The Palestinian embroiderers I met in Beirut were enthusiastic about a Palestinian history in stitches.
I firstly went to see INAASH. This is a very exclusive high class embroidery business. Nadia Sawabini showed me samples of the work and I was in awe of the high standard of merchandise. The embroidery is exquisite and worked by women who live in refugee camps.
There is an in house designer Maalak Hussein, a delightful woman who has a very keen eye for colour and design. I bought a couple of pieces as pht resources.
I then met up with Mahmoud Zedein a Palestinian who along with Diana Allen produces the Nakba Archives. He was greatly impressed with our idea as it is complimentary to his determination to ensure that Palestinian history is recorded.
I was introduced to Khadige Abdel Ali by Huda Zurayk a Professor in Public Health at the American University of Beirut. Khadige is a co-ordinator of embroidery work for Al Badia a commercial outlet for traditional Palestinian embroidery. I visited one of their shops in Beirut and again was impressed with the standard of work produced by women living under very difficult conditions in refugee camps. I also bought pieces of embroidery, again as resource for the project.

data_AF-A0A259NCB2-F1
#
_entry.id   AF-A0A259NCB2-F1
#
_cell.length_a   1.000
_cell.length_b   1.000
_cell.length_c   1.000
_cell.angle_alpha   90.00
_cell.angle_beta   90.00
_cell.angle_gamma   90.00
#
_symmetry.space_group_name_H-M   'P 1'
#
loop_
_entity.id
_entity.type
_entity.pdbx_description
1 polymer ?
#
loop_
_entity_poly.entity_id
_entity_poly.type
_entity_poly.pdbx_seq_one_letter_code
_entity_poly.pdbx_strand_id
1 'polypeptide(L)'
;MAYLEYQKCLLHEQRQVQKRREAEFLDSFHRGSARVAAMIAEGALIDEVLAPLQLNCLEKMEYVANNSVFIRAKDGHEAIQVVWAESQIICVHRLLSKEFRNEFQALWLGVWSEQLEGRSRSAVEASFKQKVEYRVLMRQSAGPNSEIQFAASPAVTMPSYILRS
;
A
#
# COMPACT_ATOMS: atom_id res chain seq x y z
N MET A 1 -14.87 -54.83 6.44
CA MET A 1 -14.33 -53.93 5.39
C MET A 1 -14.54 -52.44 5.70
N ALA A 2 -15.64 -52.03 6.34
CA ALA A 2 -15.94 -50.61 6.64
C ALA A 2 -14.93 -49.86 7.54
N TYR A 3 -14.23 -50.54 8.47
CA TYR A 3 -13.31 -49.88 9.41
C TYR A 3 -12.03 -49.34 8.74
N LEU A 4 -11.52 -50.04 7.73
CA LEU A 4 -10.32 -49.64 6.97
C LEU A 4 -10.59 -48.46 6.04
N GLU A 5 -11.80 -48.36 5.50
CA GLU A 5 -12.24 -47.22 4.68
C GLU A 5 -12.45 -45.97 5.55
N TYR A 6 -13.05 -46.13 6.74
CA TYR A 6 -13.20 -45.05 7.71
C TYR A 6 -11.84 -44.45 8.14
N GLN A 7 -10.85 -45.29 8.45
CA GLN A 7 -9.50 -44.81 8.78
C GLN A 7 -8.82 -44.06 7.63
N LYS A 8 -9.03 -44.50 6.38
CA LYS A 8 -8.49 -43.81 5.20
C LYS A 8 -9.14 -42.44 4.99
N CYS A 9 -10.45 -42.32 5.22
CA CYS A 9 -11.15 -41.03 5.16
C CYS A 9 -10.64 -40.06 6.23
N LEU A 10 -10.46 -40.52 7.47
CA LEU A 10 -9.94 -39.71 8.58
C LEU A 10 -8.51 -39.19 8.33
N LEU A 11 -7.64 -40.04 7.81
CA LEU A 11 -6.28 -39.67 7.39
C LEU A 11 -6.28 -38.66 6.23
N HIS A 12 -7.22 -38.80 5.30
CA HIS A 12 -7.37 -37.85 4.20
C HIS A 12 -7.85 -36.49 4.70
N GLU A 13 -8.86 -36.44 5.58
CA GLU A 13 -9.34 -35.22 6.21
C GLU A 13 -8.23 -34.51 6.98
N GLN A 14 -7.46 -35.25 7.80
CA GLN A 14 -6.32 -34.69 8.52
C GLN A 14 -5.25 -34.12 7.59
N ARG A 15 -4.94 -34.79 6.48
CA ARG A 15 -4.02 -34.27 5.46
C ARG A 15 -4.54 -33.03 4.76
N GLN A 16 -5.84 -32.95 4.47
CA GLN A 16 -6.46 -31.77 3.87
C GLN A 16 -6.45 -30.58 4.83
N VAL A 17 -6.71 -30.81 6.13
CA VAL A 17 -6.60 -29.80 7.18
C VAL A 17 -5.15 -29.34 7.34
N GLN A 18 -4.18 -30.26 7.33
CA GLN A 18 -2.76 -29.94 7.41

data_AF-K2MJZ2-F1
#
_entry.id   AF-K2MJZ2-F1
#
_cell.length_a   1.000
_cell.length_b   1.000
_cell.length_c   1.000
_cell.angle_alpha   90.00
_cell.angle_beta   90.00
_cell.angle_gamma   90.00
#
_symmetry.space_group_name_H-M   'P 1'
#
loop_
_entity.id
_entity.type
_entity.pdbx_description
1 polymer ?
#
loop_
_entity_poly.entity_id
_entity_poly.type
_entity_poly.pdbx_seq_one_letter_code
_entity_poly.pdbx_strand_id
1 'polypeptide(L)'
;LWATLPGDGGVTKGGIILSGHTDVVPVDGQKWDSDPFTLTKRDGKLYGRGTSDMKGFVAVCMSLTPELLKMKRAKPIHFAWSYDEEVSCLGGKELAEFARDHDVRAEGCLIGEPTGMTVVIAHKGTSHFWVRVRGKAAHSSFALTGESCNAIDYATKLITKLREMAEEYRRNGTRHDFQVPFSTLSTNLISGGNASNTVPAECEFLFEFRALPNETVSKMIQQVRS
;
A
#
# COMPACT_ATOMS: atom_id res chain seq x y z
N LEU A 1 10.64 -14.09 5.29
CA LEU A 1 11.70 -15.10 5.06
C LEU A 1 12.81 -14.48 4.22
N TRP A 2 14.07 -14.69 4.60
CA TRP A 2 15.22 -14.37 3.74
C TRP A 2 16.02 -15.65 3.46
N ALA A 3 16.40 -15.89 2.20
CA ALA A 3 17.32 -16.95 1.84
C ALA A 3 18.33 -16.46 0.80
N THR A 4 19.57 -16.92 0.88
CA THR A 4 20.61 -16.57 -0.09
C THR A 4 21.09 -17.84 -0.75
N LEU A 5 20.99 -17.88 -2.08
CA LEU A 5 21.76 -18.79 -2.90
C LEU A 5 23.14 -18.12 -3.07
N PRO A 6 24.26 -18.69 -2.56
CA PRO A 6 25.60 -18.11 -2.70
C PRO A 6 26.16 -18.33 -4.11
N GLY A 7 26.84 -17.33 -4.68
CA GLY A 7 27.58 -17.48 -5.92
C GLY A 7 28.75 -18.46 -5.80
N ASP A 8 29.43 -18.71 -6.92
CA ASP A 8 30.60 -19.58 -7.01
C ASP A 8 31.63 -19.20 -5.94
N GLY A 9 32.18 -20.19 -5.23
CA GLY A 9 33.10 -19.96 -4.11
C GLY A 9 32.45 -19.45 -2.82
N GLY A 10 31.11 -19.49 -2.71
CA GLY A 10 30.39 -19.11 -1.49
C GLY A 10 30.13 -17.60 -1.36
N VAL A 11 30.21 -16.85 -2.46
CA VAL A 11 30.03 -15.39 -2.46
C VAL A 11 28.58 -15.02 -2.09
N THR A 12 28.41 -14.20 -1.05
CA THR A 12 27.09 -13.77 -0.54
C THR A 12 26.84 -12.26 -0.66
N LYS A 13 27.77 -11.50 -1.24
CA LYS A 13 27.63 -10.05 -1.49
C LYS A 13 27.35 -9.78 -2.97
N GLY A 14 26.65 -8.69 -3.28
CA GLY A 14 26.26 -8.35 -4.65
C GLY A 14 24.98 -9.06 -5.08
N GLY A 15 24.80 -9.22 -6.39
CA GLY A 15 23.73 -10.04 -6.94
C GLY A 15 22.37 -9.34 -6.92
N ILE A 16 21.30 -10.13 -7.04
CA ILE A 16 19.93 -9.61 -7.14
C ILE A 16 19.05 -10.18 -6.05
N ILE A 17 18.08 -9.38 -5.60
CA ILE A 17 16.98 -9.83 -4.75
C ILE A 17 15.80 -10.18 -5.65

Mahmoud and Khadige have agreed to be our link people or field co-ordinators in Lebanon.
My third visit was to Bourj-el-Barajneh [Tower of Towers] a refugee camp within the city of Beirut. Along with my husband Iain and a Palestinian friend from USA we visited Kholoud Hussein a community worker within the camp.
With a normal very generous and extensive Palestinian welcome we had tea in her home and discussed the possibilities of embroidery by women in the camp. She took us to visit her sister who is an independent embroiderer who makes and embroiders small items, again very well crafted in true Palestinian style. I bought samples of her work also.
All in all it was a good but short visit to Beirut and in the fullness of time I would like to work with the Palestinian women in Lebanon.